Gaelic Word of the Week – Rùn na Bliadhna Ùire #gàidhlig


Every Friday, you can learn a little both about Gaelic and about the Scottish Parliament through our Gaelic Word of the Week – a mini podcast on Soundcloud.

This week our word of the week is Rùn na Bliadhna Ùire – new year’s resolution. And this year our new year’s resolution it to post the text up for each Gaelic WoW here on our blog!

We will also sometimes expand the text so we can go into more detail than we can do in the podcast and this way we can also add some pictures.

Here is the text for this week:

Bliadhna mhath ùr a chàirdean – happy new year everybody!

Our first Gaelic Word of the Week for 2021 is rùn na bliadhna ùire – new year’s resolution

This is the time of year when many people make their new year’s resolution – rùn na bliadhna ùire. Have you made any this year? A lot of people have decided to make learning Gaelic or improving their Gaelic one of their rùn na bliadhna ùire for 2021. If you can count yourself as one of them, we’d like to say– glè mhath – very good! We’ll do all we can to help you through our Gaelic resources, twitter account and more!

The word rùn is an interesting one. It can mean resolution like a new year’s resolution or a motion passed by a meeting of a Parliament! Here at Pàrlamaid na h-Alba, however, we usually use the word gluasad for a motion.

Rùn can also mean someone or something you love. If you like the band Runrig, you may know the song Dùisg mo Rùn – which means “wake up my love”.

Rùn can also mean intention or will – droch rùn is bad intention and deagh rùn is good intention or will. You might hear these in Gaelic news programmes where they discuss court cases for example.

And rùn or rùn-dìomhair can even mean a secret!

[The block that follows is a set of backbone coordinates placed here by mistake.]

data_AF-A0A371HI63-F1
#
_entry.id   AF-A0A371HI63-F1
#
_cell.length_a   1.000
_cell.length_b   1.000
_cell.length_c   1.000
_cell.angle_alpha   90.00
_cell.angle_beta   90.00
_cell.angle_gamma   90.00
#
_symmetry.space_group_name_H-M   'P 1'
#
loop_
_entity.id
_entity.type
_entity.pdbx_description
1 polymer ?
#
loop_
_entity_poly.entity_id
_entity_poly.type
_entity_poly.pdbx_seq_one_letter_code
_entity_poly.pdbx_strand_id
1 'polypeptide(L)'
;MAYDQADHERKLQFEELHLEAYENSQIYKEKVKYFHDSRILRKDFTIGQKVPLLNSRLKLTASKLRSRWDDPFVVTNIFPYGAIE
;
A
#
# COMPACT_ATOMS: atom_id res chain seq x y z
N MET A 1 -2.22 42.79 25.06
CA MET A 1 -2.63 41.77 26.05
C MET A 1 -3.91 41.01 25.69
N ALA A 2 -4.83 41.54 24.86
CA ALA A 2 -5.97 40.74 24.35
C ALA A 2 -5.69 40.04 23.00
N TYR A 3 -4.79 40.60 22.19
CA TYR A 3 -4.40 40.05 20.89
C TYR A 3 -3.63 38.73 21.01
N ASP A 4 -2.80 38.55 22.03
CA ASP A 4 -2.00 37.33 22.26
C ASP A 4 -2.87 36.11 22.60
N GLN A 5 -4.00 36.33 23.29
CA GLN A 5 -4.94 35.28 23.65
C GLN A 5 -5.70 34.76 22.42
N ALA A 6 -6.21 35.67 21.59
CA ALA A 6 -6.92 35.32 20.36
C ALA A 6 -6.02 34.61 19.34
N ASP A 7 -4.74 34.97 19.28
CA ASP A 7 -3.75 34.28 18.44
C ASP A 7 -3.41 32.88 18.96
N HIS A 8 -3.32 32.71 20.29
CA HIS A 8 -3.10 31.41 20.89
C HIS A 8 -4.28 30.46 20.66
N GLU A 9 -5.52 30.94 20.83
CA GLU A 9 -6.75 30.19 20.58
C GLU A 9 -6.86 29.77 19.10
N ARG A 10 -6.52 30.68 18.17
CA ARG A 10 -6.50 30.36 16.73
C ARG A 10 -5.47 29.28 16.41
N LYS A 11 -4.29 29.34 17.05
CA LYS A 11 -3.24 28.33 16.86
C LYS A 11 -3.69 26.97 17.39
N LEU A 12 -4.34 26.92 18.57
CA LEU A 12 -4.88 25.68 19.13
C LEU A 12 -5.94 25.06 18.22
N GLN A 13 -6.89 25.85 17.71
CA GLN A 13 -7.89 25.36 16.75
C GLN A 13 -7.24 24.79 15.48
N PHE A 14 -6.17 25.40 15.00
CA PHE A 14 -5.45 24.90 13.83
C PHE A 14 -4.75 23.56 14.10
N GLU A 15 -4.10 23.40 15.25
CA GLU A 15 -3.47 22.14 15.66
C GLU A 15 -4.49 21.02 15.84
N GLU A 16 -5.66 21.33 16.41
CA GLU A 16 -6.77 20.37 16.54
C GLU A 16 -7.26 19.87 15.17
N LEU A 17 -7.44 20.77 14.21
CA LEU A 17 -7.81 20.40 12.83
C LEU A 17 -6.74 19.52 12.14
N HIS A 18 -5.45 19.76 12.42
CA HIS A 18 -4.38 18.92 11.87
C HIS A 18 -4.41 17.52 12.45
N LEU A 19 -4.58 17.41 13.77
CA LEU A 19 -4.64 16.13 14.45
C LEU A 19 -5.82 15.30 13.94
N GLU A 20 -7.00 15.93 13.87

These are a lot of meanings for such a little word but in practice it is easy to work out the meaning of Rùn from the context! It’d be a little strange to assume the Presiding Officer was talking about love, rather than a motion in the Debating Chamber for example!

If your rùn na bliadhna ùire is to work on your Gaelic, why not follow our Gaelic twitter account @ParlAlba both to help your Gaelic and learn more about Pàrlamaid na h-Alba!

And for information about all the Gaelic learning opportunities in Scotland and worldwide, check out the official one-stop shop website for Gaelic learning www.learngaelic.scot.

This week’s Gaelic Word of the Week is Rùn na Bliadhna Ùire.

This week’s Gaelic Word of the Week has been read by Alasdair MacCaluim, Gaelic Development Officer, whose successful Rùn na Bliadhna Ùire in 1992 was to learn Gaelic!

Alasdair MacCaluim

Gaelic Development Officer

alasdair.maccaluim@parliament.scot

Sgrùdadh air Bòrd na #Gàidhlig – Aithisg Oifigeil ri faighinn sa Ghàidhlig


Chùm Comataidh Sgrùdadh Poblach agus Iar-reachdail na Pàrlamaid seisean fianais air 24 Sultain far an do ghabh iad fianais mu Aithisg Sgrùdaidh Bhòrd na Gàidhlig airson 2018/19.

Màiri NicAonhais, Cathraiche Bhòrd na Gàidhlig agus i a’ toirt seachad fianais

Tha eadar-theangachadh Gàidhlig de dh’Aithisg Oifigeil an t-seisein, anns an do ghabh a’ Chomataidh fianais bho Bhòrd na Gàidhlig agus bho Riaghaltas na h-Alba ri fhaighinn a-nis.

Alasdair

alasdair.maccaluim@parliament.scot